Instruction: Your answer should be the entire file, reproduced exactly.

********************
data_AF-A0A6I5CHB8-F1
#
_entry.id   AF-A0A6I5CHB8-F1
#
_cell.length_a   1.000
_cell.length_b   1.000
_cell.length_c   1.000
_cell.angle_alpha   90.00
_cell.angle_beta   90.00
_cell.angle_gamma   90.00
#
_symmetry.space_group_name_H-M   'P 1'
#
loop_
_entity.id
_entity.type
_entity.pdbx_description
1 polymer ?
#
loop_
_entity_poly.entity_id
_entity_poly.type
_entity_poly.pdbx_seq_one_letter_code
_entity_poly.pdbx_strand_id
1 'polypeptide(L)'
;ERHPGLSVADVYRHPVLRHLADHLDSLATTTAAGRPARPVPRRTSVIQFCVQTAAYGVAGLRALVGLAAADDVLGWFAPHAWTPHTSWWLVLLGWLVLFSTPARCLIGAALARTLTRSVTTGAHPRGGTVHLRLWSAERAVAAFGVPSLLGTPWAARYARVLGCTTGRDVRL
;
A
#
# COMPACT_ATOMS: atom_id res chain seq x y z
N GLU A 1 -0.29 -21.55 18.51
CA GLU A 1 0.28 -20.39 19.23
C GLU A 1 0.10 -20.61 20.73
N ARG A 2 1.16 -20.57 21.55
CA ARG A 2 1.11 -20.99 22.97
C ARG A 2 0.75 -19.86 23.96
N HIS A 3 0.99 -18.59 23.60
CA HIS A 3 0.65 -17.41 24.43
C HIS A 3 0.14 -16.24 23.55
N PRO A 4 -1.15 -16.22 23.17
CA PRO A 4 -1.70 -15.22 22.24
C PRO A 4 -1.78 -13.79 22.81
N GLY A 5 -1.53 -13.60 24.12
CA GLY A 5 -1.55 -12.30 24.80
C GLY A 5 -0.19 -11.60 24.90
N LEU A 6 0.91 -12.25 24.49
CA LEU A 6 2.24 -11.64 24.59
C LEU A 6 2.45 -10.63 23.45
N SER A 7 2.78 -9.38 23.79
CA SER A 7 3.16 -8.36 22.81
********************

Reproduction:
data_AF-A0A6I5CHB8-F1
#
_entry.id   AF-A0A6I5CHB8-F1
#
_cell.length_a   1.000
_cell.length_b   1.000
_cell.length_c   1.000
_cell.angle_alpha   90.00
_cell.angle_beta   90.00
_cell.angle_gamma   90.00
#
_symmetry.space_group_name_H-M   'P 1'
#
loop_
_entity.id
_entity.type
_entity.pdbx_description
1 polymer ?
#
loop_
_entity_poly.entity_id
_entity_poly.type
_entity_poly.pdbx_seq_one_letter_code
_entity_poly.pdbx_strand_id
1 'polypeptide(L)'
;ERHPGLSVADVYRHPVLRHLADHLDSLATTTAAGRPARPVPRRTSVIQFCVQTAAYGVAGLRALVGLAAADDVLGWFAPHAWTPHTSWWLVLLGWLVLFSTPARCLIGAALARTLTRSVTTGAHPRGGTVHLRLWSAERAVAAFGVPSLLGTPWAARYARVLGCTTGRDVRL
;
A
#
# COMPACT_ATOMS: atom_id res chain seq x y z
N GLU A 1 -0.29 -21.55 18.51
CA GLU A 1 0.28 -20.39 19.23
C GLU A 1 0.10 -20.61 20.73
N ARG A 2 1.16 -20.57 21.55
CA ARG A 2 1.11 -20.99 22.97
C ARG A 2 0.75 -19.86 23.96
N HIS A 3 0.99 -18.59 23.60
CA HIS A 3 0.65 -17.41 24.43
C HIS A 3 0.14 -16.24 23.55
N PRO A 4 -1.15 -16.22 23.17
CA PRO A 4 -1.70 -15.22 22.24
C PRO A 4 -1.78 -13.79 22.81
N GLY A 5 -1.53 -13.60 24.12
CA GLY A 5 -1.55 -12.30 24.80
C GLY A 5 -0.19 -11.60 24.90
N LEU A 6 0.91 -12.25 24.49
CA LEU A 6 2.24 -11.64 24.59
C LEU A 6 2.45 -10.63 23.45
N SER A 7 2.78 -9.38 23.79
CA SER A 7 3.16 -8.36 22.81